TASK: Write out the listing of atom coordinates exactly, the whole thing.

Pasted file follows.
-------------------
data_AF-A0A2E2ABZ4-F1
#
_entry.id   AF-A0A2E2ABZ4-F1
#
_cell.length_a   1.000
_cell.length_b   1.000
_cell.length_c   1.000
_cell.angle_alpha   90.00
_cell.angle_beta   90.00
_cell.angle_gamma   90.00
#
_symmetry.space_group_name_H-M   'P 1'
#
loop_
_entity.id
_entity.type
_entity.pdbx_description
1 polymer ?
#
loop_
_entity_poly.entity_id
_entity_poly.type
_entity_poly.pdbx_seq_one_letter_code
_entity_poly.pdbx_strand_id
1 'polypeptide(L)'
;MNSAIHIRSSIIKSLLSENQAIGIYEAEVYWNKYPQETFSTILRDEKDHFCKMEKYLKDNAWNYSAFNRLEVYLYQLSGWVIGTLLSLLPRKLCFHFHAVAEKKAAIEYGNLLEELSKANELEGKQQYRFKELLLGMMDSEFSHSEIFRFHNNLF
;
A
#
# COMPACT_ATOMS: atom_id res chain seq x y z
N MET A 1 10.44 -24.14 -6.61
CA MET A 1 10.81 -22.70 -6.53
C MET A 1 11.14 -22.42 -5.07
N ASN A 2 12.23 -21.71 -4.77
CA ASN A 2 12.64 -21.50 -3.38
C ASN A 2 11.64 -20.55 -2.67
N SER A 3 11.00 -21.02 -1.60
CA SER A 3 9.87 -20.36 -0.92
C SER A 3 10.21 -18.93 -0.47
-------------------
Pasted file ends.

data_AF-A0A2E2ABZ4-F1
#
_entry.id   AF-A0A2E2ABZ4-F1
#
_cell.length_a   1.000
_cell.length_b   1.000
_cell.length_c   1.000
_cell.angle_alpha   90.00
_cell.angle_beta   90.00
_cell.angle_gamma   90.00
#
_symmetry.space_group_name_H-M   'P 1'
#
loop_
_entity.id
_entity.type
_entity.pdbx_description
1 polymer ?
#
loop_
_entity_poly.entity_id
_entity_poly.type
_entity_poly.pdbx_seq_one_letter_code
_entity_poly.pdbx_strand_id
1 'polypeptide(L)'
;MNSAIHIRSSIIKSLLSENQAIGIYEAEVYWNKYPQETFSTILRDEKDHFCKMEKYLKDNAWNYSAFNRLEVYLYQLSGWVIGTLLSLLPRKLCFHFHAVAEKKAAIEYGNLLEELSKANELEGKQQYRFKELLLGMMDSEFSHSEIFRFHNNLF
;
A
#
# COMPACT_ATOMS: atom_id res chain seq x y z
N MET A 1 10.44 -24.14 -6.61
CA MET A 1 10.81 -22.70 -6.53
C MET A 1 11.14 -22.42 -5.07
N ASN A 2 12.23 -21.71 -4.77
CA ASN A 2 12.64 -21.50 -3.38
C ASN A 2 11.64 -20.55 -2.67
N SER A 3 11.00 -21.02 -1.60
CA SER A 3 9.87 -20.36 -0.92
C SER A 3 10.21 -18.93 -0.47